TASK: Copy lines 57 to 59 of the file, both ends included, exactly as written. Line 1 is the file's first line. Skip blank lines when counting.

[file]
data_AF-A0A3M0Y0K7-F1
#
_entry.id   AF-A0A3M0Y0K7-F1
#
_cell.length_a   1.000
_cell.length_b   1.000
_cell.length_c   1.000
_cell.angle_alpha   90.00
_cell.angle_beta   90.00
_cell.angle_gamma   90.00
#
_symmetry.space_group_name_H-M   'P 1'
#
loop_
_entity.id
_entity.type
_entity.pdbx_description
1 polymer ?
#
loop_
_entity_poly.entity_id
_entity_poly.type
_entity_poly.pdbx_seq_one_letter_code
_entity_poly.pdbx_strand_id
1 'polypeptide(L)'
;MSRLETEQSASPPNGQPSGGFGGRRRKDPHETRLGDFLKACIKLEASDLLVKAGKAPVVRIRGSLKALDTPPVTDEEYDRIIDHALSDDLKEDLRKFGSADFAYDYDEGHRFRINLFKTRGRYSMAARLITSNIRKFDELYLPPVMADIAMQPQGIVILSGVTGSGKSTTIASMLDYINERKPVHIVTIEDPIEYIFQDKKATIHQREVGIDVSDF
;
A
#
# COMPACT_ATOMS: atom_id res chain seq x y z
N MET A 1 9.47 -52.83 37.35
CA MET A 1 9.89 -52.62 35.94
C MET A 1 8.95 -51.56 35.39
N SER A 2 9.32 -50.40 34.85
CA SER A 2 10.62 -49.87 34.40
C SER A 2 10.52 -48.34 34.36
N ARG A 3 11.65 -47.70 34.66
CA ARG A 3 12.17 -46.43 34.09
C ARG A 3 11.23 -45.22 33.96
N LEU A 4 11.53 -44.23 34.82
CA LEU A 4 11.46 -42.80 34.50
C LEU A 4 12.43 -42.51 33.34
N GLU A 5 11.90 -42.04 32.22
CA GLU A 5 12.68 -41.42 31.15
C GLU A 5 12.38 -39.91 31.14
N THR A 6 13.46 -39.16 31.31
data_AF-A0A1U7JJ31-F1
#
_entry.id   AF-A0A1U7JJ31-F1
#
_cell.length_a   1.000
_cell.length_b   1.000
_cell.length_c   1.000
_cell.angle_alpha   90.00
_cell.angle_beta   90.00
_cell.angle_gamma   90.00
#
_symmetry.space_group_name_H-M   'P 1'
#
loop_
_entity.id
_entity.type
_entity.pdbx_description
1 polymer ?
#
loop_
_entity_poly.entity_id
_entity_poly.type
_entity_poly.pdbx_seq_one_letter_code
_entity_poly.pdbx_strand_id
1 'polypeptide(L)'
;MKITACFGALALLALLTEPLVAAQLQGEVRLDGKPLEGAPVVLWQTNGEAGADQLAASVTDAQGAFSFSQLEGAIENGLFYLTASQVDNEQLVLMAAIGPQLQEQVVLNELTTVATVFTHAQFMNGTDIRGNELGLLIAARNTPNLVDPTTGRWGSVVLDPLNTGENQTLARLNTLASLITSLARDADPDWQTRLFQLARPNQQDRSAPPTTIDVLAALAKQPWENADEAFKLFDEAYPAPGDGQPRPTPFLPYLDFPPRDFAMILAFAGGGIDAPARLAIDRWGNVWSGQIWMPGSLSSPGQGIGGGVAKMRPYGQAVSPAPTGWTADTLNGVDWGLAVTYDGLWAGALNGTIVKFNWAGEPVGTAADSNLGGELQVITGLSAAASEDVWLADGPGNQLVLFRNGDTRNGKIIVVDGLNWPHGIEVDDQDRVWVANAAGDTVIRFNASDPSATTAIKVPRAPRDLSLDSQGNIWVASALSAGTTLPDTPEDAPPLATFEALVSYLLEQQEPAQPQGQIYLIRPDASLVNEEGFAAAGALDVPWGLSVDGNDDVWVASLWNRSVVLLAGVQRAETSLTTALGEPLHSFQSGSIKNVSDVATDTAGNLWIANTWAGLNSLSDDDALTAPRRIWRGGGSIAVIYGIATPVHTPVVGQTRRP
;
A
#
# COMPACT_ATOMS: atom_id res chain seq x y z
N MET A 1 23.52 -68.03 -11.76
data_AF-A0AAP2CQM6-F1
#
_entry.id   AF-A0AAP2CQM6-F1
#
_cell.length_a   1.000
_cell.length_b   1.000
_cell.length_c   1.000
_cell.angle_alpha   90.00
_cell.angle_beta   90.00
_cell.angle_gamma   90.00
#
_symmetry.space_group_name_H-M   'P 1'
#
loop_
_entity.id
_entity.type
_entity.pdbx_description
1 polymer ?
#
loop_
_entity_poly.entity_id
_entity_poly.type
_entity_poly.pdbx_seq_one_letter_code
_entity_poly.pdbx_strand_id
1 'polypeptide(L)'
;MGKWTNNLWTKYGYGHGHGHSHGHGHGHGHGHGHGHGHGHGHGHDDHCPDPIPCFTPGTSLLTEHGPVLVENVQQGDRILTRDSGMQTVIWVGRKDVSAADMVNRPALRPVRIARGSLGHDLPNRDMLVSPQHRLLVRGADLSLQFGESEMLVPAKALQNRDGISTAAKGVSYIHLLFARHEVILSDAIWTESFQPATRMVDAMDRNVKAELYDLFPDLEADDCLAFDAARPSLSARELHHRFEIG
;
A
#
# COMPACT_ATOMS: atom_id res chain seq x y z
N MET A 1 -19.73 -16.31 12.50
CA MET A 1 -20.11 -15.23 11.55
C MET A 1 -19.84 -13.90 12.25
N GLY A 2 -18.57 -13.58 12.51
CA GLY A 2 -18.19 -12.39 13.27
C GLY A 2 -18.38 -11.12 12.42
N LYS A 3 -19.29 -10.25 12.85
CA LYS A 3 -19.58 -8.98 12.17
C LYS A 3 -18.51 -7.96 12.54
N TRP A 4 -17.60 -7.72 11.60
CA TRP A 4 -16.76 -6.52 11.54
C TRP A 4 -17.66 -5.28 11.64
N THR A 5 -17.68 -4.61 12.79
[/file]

#
_symmetry.space_group_name_H-M   'P 1'
#